Water Security: An Interdisciplinary Approach

March 30, 2022

To commemorate World Water Day, UChicago Center in Delhi and the STAGE Lab at the Pritzker School of Molecular Engineering screened STAGE’s short film, “Downstream,” by Ellen Askey, BA’20, followed by a panel discussion with scientists, conservationists, and artists.

Speakers:Sanjay Joshie, Executive Director, Foundation for Ecological Society, Dinesh S. Yadav, Writer/Director/Editor, Supratik Guha, Professor, Pritzker Molecular Engineering and Senior Advisor, Argonne National Laboratory’s Physical Sciences, The University of Chicago

Moderator:Nancy Kawalek, Professor and Distinguished Fellow in the Arts, Sciences and Technology, Pritzker School of Molecular Engineering, The University of Chicago

The panel discussion began with finding the causes of water issues. Dinesh said the water is being polluted by putting fertilizers on crops which pollute the water. Supratik mentioned the major sources for contamination of water: Nitrate and phosphate, which are used in fertilizers, contaminate water.  Other aspects of water contamination are industrial and city pollution. Sanjay added that in rural areas water availability is a big question/issue rather than water insecurity because of the degradation happened in forests, usage, and wastage of water are also some of the examples.  We don’t recognize the struggle of people from areas who are contributing to the water for the downstream people.  There is also an imbalance in the usage of water between upland and downstream people.

Talking about how awareness could be spread among people and what behavioural changes should bring in, Supratik suggested that commitment is required from the community as well as the Government. Dinesh said that the community which uses the water on a bigger scale e.g., farmers and industries should be targeted rather than people using water resources to feed their families. The Government should take initiative to create campaigns to educate people about water conservation. Sanjay stated that instead of asking others to change, first, we need to bring the change and educate ourselves. There is a need to consider water as a common property rather than private property, this mental shift is required and influenced to make payment of ecosystem services a reality rather than only concept.  He further stated that decision-making should be data-driven and data analysis should be available (if not, it should be generated), water consumption in urban areas needs to be optimized rather than maximized.  These behavioral changes need to bring in.  Sanjay also put a point that we need to think about how livelihood in rural areas shapes up to reduce the dependency on cities and there should be ways for people from rural areas to be independent and focus on their agricultural land rather than moving to cities for their livelihood.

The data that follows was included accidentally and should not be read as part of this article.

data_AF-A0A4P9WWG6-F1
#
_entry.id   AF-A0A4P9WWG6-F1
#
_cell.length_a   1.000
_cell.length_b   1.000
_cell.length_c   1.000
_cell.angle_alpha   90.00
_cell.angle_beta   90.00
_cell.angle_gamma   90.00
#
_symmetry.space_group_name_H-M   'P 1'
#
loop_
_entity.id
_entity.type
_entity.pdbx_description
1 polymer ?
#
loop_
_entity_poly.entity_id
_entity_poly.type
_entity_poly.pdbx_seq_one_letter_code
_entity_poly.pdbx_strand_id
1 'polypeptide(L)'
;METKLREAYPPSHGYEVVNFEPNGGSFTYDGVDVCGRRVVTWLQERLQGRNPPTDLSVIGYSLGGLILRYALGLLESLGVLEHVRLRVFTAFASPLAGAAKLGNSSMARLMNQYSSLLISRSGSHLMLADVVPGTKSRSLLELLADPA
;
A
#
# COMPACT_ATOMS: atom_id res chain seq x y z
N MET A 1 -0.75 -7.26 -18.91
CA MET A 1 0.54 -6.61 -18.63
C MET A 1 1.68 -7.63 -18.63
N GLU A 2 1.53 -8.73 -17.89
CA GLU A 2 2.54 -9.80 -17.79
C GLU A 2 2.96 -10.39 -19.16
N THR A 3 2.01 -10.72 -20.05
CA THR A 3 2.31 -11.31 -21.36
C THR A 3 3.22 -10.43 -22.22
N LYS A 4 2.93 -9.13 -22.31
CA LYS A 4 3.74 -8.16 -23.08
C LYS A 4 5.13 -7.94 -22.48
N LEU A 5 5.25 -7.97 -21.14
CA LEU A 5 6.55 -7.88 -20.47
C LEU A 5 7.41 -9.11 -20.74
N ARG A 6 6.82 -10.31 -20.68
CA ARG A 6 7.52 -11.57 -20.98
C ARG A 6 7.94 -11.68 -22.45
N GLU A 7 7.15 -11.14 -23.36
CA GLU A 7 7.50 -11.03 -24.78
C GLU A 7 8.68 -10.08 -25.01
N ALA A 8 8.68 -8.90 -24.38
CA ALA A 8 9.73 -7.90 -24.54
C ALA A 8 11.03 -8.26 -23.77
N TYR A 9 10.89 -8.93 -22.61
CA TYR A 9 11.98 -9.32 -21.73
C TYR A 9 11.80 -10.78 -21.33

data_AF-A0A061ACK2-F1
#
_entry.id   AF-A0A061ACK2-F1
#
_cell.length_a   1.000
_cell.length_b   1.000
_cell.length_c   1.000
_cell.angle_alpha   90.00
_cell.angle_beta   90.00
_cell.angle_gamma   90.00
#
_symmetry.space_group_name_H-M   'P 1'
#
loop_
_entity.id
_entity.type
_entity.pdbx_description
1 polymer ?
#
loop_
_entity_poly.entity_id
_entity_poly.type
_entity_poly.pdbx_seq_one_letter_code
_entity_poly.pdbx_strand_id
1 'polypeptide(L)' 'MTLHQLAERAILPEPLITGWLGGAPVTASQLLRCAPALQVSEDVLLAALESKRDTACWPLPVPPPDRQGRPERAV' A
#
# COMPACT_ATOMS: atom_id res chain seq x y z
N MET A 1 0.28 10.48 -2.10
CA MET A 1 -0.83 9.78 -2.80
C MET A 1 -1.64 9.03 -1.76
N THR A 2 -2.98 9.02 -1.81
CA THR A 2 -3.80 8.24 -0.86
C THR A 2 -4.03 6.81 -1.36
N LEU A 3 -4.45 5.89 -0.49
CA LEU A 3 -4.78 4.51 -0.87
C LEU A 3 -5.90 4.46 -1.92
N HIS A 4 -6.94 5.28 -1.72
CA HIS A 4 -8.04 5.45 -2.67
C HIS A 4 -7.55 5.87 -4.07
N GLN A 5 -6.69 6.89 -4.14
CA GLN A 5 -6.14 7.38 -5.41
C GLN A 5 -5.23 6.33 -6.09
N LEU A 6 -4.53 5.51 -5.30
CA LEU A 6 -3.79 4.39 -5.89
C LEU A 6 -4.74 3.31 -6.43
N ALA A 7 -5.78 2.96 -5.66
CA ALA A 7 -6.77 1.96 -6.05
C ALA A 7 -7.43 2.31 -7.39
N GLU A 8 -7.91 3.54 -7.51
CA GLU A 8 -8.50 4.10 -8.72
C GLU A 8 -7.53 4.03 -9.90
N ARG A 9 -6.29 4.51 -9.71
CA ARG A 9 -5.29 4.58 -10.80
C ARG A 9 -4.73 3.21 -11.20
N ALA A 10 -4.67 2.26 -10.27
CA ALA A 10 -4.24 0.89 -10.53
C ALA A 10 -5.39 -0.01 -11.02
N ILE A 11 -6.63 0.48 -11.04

The panel discussion was concluded with the suggested solution to manage water insecurity by rain harvesting, educate people about the importance of water conservation, awareness campaigns run by Government bodies, put in business models, create data, decision making for the behavioral change. It was also stated that water management must have people involved at the grass-root level and end-users rather than bureaucrats or administrators and accountability from Government bodies should be set in for the people and education can definitely bring in the change.